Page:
Washington: US Army Chief of Staff, Gen. George W. Casey Jr and Secretary of the Army, Pete Geren, introduced equipment, incorporating technologies developed under the Future Combat Systems (FCS) programme, and currently being used in Iraq, to members of the US Congress House Armed Services Committee. They were speaking to the committee late last month about the need to reset and modernize the Army in order to improve its overall readiness.
"We are ultimately working toward an agile, globally responsive Army that is enhanced by modern networks, surveillance sensors, precision weapons and platforms that are lighter, less logistics-dependent and less manpower-intensive," Gen. Casey said.
While major new FCS systems are not due for induction until 2012 along with the new FCS Brigade Combat Teams, Gen. Casey introduced a number of new technologies "spun out" of the ongoing research into such systems that are already seeing active service with US Army units in Iraq and Afghanistan.
Gen Casey introduced the Micro Air Vehicle or MAV unmanned aerial vehicle, of which 50 are currently in Iraq with the 25th Infantry Division (Light). Nicknamed as the "beer keg UAV" or the "scrubbing bubble" because of its appearance, Gen Casey said. "It's a squad or platoon-level unmanned vehicle that you can run down an alley, look around a corner or look on a roof and see what's up there."
Gen Casey also introduced the lawmakers to a Small Unmanned Ground Vehicle or robot that has already defused about 11,000 improvised explosive devices in the ongoing operations in Iraq and Afghanistan. Close to 5,000 of these robots have been currently inducted for operations. Gen Casey said. "Sending a robot up to defuse an IED is much safer than having a Soldier do it."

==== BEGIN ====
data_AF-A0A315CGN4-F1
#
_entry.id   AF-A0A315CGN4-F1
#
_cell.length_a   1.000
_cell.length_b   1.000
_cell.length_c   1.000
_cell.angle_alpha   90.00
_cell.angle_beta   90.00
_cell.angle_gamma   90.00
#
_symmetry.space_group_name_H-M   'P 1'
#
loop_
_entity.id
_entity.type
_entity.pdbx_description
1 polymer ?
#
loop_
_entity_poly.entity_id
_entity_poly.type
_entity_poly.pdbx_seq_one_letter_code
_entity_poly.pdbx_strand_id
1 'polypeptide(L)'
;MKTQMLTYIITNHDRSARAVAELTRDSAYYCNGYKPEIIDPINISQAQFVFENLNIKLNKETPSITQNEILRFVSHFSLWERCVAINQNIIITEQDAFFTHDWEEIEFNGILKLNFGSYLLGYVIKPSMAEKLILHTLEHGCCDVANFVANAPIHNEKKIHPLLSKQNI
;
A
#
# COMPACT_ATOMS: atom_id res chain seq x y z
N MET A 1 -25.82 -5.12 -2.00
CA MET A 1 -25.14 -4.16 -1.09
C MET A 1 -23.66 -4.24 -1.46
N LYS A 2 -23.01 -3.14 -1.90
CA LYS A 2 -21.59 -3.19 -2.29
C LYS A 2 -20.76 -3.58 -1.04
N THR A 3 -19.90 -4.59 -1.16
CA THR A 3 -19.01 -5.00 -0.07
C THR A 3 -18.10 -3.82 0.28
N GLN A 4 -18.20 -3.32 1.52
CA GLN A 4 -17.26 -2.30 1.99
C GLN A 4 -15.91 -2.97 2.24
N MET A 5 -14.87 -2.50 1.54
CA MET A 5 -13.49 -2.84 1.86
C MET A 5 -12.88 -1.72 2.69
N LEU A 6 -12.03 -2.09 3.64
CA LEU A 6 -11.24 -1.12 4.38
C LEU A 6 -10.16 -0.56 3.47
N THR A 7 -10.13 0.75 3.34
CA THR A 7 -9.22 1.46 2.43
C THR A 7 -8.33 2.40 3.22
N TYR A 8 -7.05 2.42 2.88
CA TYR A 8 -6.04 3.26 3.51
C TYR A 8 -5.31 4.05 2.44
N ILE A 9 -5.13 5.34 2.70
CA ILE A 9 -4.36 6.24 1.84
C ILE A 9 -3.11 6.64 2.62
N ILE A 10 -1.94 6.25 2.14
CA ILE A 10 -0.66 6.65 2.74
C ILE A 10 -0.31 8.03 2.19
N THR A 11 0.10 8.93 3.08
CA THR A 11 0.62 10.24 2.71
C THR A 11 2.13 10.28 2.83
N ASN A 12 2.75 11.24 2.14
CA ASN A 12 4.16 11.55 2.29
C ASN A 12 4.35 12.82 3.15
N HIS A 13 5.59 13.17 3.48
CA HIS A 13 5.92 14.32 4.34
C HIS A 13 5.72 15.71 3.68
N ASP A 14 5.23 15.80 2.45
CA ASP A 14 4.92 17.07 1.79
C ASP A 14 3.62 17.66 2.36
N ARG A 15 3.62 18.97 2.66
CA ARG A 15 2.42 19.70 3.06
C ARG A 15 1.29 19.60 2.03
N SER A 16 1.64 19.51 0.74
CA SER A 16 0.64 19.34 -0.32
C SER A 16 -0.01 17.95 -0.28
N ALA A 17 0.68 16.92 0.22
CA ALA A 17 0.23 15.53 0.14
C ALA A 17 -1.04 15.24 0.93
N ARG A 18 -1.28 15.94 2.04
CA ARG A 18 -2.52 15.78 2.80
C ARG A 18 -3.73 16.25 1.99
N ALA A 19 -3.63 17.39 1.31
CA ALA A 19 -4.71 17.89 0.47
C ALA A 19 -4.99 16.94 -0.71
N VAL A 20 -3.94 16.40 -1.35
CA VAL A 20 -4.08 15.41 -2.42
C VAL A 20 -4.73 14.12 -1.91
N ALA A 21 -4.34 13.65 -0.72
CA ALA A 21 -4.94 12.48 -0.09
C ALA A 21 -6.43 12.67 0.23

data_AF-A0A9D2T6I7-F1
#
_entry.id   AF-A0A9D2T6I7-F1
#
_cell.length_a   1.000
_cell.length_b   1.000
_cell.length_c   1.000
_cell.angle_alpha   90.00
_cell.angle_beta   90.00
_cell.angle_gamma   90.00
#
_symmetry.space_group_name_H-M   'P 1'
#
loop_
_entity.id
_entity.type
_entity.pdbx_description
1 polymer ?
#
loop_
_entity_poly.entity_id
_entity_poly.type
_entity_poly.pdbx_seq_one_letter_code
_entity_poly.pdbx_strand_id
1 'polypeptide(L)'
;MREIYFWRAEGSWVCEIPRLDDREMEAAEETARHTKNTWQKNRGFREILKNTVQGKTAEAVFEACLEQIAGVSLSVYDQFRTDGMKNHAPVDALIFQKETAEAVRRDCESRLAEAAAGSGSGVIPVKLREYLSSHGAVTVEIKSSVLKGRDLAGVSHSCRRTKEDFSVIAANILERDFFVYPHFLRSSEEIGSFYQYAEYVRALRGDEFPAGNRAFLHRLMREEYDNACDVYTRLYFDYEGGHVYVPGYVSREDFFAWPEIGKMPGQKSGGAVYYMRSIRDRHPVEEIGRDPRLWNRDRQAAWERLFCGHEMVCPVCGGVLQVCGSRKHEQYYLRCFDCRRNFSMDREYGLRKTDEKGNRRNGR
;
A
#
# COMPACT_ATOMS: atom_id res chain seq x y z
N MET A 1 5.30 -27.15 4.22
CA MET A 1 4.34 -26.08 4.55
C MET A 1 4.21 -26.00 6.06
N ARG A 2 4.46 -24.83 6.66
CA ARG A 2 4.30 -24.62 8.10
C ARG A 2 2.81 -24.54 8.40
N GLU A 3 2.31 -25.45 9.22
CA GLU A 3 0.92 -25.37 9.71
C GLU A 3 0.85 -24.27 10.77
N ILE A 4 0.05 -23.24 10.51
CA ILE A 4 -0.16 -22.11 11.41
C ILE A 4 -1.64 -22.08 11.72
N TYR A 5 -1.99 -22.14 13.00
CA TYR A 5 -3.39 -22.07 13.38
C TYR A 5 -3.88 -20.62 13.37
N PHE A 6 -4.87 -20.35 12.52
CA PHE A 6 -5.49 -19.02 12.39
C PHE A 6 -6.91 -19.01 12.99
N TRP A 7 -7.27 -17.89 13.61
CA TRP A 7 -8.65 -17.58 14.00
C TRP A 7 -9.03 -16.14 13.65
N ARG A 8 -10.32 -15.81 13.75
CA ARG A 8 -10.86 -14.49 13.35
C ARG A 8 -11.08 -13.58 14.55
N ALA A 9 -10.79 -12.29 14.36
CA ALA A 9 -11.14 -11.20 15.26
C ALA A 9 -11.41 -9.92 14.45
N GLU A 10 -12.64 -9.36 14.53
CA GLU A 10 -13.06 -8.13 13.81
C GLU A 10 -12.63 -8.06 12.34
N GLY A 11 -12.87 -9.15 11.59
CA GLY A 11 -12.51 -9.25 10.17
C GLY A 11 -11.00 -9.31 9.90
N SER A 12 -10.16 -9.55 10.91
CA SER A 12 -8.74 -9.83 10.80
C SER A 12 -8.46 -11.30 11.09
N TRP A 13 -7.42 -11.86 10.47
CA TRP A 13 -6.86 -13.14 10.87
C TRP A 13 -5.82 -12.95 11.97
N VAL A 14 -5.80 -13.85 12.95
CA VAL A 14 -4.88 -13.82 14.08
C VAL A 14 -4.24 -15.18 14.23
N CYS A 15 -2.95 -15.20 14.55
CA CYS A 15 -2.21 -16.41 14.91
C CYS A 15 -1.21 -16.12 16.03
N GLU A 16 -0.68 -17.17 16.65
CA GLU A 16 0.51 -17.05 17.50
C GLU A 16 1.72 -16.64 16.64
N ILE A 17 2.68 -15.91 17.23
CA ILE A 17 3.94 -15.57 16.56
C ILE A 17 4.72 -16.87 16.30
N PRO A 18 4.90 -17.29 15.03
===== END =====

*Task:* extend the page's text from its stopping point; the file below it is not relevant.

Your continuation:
Gen Casey also introduced the Unattended Ground Sensor currently being used in Iraq to detect enemy activity. "These are critical for us," Gen. Casey said. "A soldier can take this and put it in a building or along a road and watch it back at his base."
Gen Casey also introduced several variants of the Joint Tactical Radio System (JTRS), including a man-pack version that can be carried in a rucksack and a larger Ground Mobile Radio with multiple units designed for vehicles. The JTRS will use new wave forms and be tied into a wide-band network of surveillance systems, which are intended to bring unprecedented situational visibility to the battlefield.
Also introduced were Rapid Fielding Initiative (RFI) items such as the Advanced Combat Helmet and RFI clothing being issued to troops deploying to Iraq and Afghanistan. The US Congress committee members were also given a demonstration of the rapid-release feature of the new, lighter Interceptor Body Armour. The feature can be used in such emergencies as a vehicle rollover, fire or when a soldier faces potential drowning and is part of the second generation of individual body armour that the US Army has begun to field.